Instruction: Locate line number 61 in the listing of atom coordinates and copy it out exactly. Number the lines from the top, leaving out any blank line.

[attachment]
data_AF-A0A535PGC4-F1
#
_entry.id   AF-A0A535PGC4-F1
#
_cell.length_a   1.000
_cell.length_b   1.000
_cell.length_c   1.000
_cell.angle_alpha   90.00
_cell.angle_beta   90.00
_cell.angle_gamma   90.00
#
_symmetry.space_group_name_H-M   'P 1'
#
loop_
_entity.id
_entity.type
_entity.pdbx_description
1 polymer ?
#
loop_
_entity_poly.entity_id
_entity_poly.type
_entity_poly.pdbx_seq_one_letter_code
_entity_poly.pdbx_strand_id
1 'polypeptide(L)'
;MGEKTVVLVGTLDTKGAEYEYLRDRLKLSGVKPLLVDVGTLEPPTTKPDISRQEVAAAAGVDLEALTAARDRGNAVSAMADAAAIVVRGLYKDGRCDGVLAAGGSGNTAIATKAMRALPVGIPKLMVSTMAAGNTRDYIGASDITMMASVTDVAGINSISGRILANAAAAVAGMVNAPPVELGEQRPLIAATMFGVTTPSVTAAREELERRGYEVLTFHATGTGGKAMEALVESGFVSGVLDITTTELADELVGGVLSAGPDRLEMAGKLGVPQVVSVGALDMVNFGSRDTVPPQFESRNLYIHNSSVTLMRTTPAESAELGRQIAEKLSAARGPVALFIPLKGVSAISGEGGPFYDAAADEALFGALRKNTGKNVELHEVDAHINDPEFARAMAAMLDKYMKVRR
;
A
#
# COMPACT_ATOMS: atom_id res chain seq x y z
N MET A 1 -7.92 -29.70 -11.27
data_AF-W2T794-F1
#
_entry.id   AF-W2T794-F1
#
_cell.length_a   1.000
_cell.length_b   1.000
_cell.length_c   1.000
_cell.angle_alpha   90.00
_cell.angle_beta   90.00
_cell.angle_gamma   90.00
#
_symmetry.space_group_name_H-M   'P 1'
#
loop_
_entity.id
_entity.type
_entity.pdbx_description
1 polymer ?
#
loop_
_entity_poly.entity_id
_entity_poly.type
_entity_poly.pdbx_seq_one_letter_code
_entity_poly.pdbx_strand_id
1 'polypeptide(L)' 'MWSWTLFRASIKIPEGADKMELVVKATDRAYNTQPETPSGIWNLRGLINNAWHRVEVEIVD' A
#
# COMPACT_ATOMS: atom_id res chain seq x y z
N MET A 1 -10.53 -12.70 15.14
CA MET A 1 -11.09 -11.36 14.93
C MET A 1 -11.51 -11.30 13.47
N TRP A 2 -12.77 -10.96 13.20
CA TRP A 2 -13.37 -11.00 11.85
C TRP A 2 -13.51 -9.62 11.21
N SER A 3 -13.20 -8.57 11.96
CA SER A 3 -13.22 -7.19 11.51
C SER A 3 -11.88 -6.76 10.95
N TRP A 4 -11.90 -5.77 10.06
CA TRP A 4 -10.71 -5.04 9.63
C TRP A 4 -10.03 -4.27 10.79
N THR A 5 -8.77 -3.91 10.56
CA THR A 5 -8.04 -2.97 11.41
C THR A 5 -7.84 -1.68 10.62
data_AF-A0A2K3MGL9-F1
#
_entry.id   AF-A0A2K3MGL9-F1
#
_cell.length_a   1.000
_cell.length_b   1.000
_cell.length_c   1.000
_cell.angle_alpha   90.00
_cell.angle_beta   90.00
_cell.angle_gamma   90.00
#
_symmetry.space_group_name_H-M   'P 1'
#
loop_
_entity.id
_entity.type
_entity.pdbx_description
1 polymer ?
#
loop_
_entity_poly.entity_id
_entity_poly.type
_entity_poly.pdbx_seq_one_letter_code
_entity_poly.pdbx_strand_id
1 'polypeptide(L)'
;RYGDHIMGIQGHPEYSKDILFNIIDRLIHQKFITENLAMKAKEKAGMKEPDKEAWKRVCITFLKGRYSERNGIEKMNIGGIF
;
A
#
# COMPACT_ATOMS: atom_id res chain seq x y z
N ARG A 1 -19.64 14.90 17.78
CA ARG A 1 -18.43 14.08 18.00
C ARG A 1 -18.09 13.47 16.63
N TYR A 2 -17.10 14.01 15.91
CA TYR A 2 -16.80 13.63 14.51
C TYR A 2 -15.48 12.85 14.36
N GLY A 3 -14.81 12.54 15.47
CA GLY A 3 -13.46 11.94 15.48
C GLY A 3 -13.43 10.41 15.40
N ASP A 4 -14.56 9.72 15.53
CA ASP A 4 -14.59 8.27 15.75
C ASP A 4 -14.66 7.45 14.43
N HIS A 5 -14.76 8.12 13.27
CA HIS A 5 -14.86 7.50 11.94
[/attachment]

C MET A 1 -11.51 -11.30 13.47